Took care of a several issues related to the true first person viewpoint and thought I’d share a quick in-game vid of it in action. I’m not sure why, but the volume of my voices alternates a bit in the uploaded version. I’ll try to figure out why before the next vid.
Due to a dose of Real Life™, I did not have it in me to do updates or socialise much in the past few weeks. Thankfully, things have a progressed and much of the stress is gone.
On the bright side, one way I deal with stress is to distract myself by coding… a lot. I’ve done everything from updating more loadout and UI related code (booo!) to gametypes and AI (woohoo!).
One thing that can happen with game development that spans a lengthy time period is art done early in the process can start to feel outdated and fall behind the current standards. This isn’t always a bad thing (It’s the gameplay man!) but I felt like the weapon models/textures needed an upgrade since they are so visible. The work previously done by Snowfella was top notch and served its purpose very well. So again, my hats off to him…..and we are still using some of his work in the finish game as well.
So let’s start off with the high res version of the AK-74. This model is used to bake Normal and Ambient Occlusion maps for the in game model. I’ll do some more updates down the road to show some of the process.
New UE3 build this week, which delayed work in other areas a bit, but no matter.
After finishing an update of this kind, I like to check things by making a quick map in the editor, chucking in random stuff and running it with multiple players. I was already in the process (before the update) of more tests involving loadouts, so I thought I’d combine the two.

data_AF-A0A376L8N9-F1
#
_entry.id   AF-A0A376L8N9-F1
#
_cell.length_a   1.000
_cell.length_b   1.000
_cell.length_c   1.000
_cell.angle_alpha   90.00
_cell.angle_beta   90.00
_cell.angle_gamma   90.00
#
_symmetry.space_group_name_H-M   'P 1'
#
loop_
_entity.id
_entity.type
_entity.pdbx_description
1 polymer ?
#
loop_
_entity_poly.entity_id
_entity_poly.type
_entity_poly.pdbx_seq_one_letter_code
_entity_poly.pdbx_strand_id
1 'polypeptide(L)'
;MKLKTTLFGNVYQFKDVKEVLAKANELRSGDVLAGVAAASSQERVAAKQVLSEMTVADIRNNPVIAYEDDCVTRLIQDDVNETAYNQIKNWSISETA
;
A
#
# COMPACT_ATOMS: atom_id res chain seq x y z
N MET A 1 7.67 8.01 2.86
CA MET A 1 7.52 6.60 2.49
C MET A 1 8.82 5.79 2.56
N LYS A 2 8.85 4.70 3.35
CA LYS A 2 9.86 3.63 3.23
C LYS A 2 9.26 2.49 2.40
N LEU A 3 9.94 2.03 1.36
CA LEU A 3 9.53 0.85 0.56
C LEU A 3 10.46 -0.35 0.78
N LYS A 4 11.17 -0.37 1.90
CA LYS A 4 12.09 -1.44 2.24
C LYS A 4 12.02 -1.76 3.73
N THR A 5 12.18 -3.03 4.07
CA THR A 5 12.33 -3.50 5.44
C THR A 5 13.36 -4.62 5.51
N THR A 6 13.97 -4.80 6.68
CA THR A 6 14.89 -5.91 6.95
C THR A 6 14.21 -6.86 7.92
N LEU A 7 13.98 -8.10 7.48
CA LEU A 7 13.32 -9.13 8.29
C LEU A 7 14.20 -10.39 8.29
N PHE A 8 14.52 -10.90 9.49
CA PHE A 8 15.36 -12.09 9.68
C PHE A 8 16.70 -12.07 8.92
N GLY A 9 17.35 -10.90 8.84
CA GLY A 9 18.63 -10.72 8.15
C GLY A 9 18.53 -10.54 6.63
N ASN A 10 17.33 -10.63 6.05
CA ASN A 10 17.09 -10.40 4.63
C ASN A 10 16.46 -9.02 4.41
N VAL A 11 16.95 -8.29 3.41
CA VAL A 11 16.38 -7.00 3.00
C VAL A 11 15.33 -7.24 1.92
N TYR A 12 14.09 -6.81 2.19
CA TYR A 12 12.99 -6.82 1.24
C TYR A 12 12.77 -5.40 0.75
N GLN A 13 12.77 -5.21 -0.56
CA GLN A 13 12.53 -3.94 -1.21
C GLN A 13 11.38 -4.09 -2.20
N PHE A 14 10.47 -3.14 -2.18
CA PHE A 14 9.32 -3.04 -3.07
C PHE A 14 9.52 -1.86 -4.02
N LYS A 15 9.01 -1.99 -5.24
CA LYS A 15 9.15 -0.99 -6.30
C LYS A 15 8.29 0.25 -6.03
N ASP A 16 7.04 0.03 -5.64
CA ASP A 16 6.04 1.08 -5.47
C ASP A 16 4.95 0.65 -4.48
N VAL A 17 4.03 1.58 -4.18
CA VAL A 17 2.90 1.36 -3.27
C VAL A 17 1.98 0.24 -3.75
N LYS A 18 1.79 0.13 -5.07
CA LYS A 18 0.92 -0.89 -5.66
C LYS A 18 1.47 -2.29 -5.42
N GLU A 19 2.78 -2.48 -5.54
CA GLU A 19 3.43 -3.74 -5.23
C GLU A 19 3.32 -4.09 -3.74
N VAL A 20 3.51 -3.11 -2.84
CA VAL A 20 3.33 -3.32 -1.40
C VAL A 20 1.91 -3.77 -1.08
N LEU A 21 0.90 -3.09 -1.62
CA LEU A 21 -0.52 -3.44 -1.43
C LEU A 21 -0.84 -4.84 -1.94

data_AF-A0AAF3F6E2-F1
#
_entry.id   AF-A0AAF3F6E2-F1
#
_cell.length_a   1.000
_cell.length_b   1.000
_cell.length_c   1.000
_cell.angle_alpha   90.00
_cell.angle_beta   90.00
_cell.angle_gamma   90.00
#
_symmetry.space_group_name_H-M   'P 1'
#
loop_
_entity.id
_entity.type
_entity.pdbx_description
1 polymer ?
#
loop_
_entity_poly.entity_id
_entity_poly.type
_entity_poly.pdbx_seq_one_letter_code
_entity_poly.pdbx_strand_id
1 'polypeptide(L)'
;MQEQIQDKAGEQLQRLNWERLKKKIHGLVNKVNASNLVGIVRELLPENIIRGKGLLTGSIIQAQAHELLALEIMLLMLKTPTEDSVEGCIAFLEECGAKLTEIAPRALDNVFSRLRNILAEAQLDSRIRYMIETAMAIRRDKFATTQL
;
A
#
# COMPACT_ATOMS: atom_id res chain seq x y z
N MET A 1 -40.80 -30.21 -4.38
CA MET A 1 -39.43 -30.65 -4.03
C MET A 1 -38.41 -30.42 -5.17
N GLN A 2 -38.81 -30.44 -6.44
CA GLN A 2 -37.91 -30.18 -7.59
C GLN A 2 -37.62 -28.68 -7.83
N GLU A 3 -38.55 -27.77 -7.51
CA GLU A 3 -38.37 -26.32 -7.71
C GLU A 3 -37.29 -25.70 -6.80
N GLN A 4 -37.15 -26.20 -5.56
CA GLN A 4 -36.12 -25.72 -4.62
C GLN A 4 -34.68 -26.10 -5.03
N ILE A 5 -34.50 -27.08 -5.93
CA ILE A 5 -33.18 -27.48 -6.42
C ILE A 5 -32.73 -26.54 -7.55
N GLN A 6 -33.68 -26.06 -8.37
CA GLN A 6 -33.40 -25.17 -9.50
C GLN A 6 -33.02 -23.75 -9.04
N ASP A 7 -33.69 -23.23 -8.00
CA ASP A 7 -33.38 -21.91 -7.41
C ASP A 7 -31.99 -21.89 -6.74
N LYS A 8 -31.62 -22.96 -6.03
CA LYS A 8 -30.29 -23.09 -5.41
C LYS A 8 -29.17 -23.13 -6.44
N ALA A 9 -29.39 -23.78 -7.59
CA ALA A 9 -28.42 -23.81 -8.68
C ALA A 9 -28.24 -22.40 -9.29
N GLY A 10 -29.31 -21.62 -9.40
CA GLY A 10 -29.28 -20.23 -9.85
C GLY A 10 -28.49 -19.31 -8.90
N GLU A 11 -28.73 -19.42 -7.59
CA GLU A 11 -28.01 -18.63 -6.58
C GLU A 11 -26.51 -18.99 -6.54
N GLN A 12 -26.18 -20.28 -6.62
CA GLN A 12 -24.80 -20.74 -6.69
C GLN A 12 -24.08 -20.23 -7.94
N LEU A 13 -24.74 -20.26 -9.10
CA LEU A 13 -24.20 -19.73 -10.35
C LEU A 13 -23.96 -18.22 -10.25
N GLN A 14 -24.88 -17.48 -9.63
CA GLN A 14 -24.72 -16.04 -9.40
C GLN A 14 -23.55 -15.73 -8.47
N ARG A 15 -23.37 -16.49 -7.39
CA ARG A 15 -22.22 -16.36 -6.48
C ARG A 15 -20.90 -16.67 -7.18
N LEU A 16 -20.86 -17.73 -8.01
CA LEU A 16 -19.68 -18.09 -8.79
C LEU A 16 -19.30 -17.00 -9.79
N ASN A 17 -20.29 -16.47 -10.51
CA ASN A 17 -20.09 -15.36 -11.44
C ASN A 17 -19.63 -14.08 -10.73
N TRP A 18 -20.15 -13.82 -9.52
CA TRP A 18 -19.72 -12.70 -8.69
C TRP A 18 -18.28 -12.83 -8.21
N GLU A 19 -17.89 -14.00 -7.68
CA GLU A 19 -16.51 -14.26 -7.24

Basic bot code has been sitting there for ages. I just created a nav mesh, told them to use a loadout and let em’ rip. Considering the level of asset optimisation (none) and the age of the machine (2008), I’m happy with the results.
Also been testing and updating firearm related code.
With any luck, we’ll be shooting at each other soon, which will be nice.
You know, read out of context, that could sound weird…
Pretty rough (lighting etc), but the information travels across the network correctly, which is the most important thing.
Loadouts are saved in the JSON format to make sharing and editing them a lot easier. To make this easier to send across a network, the client will take this loadout and reduce it down to references from a item list that has been synchronised between the server and client, then send that to the server.
After verifying its contents, based on admin, gametype or scenario restrictions, the server then distributes this to all the clients, as required.
This allows for plenty of player customisation, but ensures that the server remains king.
Another decent step towards a playable build 🙂
Working on replicating loadouts – both player and item – from server to client.
Since items can attach to other items, there is a chance that attachments will run several layers deep. To test this, I added an attachment point to the ACOG and created a new weapon loadout to abuse it.
The following is the in-game results…
I had to laugh.
Needless to say, no, you won’t actually be able to do this in the final game 😛
Either way, it feels good to be working on gameplay related stuff.
… and turn it into something playable.
We have no plans to release the build shown here to the public at this time, but it is making the rounds with donators from Ground Branch’s early days. Once it has been abused and patched up for a while, we’ll consider our options.
It is really starting to shape up.
Engine updates, bug fixes, fiddling with motion capture files, UI work – all quite boring.
I spent quite a bit of time this weekend tracking down an issue that developed – which was my fault – and migrating to a new UE3 build.
Seem to have nailed the problem, hopefully for good.
I hope so, otherwise John will slap me upside the head again.
Speaking of John, he’s recently been replacing the
crappy awesome programmer art I created for the UI with proper assets, based on this mockup.
Jeremy continues creating new animations, based on earlier motion capture work.
Nothing particularly fun or interesting, but it is progress.
Currently, we have eight (8!) weapon positions planned, excluding sprinting or similar.
Why so many?
A few reasons.
What follows is essentially a cut and paste from our dev wiki, minus requirements and references.